If you’ve watched the first two races of the 2023 Formula 1 season, you’ll know that Aston Martin has been something of a sensation. From last year’s seventh in the championship it currently lies second, tied on points with the once all-conquering Mercedes-AMG team. This is no fluke, either. It’s on merit and, to underline the team's strength, comes despite Lance Stroll’s retirement from last weekend’s race in Saudi. The AMR23 is genuinely the second-quickest car on the grid right now, but will that jump in performance be reflected in the company’s road cars?
Lawrence Stroll, billionaire owner and chairman of Aston Martin, has made noises that the current range needs serious improvements, and updates are indeed in the pipeline. Back in January, Stroll said the revised range will be "what those cars should have always felt like" and the first in line for revisions will be the DB11. So heavy is the update that it’s likely to be rebadged as the DB12 when the production version arrives at the end of this year.
The DB12 has already undergone cold-weather testing in Sweden and most recently PH has spied prototypes running at a little-known track in Germany – the Nordschleife, anyone? Stroll Snr had suggested “There's no similarity at all to the current cars," but looking at the camo-wrapped bodywork that’s perhaps a little overstating it. It’s still a DB11 in form, and that indicates at best it's a wholesome facelift rather than an all-new car. In fact, it’s difficult to distinguish huge differences between the prototype and the current DB11, although maybe that’s a smoke and mirrors game.
The splitter and front grille appear to be similar to the DB11’s (praise be there’s no sign of the Vantage’s gopping fish mouth), although the clamshell bonnet has gone. It’s now a separate panel between the front wings that finishes above the nose cone. Just like the DB11 V12, there are two thin cooling vents either side of the central power bulge, but the DB11’s extra vents above the front wheels have gone. The DB11’s heavily sculpted sides and floating roof remain, as do the twin exhausts and general aesthetics at the back end. Don’t be surprised if there are more distinct detail changes once the wraps come off – new headlights and the like.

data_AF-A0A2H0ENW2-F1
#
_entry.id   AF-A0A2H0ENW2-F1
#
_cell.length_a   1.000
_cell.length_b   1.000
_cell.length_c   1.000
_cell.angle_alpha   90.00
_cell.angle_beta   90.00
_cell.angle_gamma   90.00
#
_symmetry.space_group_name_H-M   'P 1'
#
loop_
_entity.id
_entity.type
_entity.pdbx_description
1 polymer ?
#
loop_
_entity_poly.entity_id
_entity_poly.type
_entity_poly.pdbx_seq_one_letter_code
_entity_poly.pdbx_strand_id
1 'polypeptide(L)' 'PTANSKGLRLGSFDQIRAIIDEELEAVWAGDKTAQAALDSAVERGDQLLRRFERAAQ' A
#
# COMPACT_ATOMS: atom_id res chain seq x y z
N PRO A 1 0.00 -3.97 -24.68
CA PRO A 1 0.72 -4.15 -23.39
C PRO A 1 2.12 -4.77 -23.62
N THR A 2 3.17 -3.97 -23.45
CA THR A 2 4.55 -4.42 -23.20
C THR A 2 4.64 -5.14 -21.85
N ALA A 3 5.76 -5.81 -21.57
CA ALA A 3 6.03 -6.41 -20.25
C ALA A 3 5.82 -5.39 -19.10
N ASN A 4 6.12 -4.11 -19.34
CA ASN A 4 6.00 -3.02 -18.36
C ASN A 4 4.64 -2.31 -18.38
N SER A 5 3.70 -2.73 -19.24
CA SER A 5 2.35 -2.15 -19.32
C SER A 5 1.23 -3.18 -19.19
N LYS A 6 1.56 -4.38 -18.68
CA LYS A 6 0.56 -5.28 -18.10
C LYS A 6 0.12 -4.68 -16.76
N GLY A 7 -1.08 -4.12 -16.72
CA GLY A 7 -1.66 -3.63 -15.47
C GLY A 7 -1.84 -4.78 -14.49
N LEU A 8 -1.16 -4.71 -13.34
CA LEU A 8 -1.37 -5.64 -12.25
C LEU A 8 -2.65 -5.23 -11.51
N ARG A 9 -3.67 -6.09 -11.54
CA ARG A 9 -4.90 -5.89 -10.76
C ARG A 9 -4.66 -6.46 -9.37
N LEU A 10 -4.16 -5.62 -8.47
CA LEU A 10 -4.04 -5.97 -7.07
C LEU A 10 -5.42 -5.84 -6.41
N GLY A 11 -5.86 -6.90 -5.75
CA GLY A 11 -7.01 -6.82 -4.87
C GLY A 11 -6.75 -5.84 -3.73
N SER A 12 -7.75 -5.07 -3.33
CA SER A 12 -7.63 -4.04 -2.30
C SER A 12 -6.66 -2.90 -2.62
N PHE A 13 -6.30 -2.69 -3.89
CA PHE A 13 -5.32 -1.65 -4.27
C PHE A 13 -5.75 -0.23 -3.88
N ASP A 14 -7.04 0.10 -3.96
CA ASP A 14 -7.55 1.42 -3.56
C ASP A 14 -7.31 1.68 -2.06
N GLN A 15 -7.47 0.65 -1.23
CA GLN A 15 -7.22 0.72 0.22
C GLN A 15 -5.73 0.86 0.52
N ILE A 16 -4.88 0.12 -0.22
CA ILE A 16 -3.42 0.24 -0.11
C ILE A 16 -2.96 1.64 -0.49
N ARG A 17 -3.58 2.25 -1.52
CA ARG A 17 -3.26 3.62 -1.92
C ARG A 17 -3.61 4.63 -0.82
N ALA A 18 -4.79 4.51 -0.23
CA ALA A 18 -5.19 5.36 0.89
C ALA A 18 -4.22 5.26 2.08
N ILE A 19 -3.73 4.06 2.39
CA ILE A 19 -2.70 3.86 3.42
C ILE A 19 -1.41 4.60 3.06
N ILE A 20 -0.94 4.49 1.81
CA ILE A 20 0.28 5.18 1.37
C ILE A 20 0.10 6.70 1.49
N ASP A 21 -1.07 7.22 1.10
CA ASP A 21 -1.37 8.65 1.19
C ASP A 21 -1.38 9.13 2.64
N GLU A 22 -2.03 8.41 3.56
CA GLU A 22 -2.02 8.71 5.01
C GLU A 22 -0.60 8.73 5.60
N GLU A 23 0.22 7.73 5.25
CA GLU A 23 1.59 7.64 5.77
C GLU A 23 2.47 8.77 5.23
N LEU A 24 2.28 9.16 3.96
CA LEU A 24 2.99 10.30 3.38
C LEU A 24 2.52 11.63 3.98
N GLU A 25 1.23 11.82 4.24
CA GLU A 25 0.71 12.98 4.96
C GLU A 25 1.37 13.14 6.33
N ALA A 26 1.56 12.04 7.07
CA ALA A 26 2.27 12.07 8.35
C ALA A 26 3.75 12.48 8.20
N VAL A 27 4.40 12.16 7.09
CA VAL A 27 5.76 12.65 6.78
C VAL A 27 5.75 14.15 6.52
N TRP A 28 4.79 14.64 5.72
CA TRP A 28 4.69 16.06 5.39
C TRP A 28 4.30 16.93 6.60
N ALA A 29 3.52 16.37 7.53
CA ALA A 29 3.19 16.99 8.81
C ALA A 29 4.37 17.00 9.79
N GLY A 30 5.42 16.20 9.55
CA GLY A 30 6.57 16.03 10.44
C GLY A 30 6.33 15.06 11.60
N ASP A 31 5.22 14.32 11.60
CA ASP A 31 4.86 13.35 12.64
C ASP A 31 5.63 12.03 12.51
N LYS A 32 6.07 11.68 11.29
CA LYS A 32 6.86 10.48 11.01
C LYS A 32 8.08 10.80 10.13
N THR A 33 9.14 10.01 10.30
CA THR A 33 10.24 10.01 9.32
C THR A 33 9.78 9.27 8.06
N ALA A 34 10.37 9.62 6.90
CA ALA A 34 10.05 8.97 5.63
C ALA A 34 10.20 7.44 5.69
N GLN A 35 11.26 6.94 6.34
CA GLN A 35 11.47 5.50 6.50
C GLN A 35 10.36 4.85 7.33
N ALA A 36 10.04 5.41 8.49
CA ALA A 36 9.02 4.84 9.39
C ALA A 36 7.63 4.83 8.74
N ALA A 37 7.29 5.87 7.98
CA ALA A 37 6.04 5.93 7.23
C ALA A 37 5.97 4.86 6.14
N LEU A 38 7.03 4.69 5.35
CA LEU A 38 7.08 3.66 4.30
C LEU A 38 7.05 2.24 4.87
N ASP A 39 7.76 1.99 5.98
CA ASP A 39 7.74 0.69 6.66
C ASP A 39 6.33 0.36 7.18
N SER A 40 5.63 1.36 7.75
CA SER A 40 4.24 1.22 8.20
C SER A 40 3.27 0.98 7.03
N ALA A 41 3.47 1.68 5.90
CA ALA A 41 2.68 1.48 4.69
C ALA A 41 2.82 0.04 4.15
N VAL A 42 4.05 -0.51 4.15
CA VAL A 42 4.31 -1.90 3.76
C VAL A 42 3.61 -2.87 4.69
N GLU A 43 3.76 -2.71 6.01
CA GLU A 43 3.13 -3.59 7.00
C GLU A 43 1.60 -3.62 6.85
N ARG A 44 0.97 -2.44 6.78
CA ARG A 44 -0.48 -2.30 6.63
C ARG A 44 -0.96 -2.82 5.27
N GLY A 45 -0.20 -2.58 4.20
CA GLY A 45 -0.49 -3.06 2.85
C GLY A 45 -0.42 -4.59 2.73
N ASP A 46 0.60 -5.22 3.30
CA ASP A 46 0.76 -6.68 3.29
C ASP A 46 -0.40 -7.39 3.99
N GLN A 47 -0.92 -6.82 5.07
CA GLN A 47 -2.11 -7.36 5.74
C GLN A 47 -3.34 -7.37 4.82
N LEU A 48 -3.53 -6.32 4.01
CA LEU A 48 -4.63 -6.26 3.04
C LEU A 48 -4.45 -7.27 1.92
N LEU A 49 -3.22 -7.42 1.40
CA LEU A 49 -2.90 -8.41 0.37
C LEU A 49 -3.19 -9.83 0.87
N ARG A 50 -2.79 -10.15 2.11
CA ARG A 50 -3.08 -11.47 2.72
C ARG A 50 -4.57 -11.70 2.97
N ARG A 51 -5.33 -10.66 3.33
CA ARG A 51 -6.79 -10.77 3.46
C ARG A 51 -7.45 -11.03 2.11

It's understood that most of the changes will be skin deep. We’re talking revised suspension, and the wonders bestowed on the DBX707 show that Aston’s current team of engineers is very capable of honing a setup. And there's other good news: the 5.2-litre V12 stays. Or at least that’s the mood music coming out of Gaydon. Autocar reported earlier this year Aston Martin product and marketing boss, Alex Long, saying the V12 was “synonymous with the brand” with “a huge emotional connection for the customers”. Hurrah.
The Mercedes 4.0-litre V8, which will almost certainly continue to be second choice, has stacks of appeal, too, and expect both engines to have the wick turned up. The DBS770 showed the AE31 V12’s potential for at least 770hp and the DBX707 demonstrates what the M177 V8 can reach. Don’t expect that much from the DB12, mind; more likely are modest uplifts over the DB11’s 535hp (V8) and 638hp (V12) numbers.
Arguably, the DB11’s weakest area is its interior, so expect a significant change there. Stroll has already said, “How can you have an Aston Martin that sells for £150,000 with three-year-old technology?” So we can surely expect a big update to the infotainment system, which will hopefully include better screens and an improved interface, as well as additional bespoke software to differentiate it from its Mercedes’ MBUX underpinnings. It will also have “our own voices” with “a proper English accent’, said Stroll. With that and a smarter interior, this could at last be an Aston Martin DB11 that delivers on every last bit of potential. It'll just be called the DB12...
Image credit | S.Baldauf/S.B.Medien
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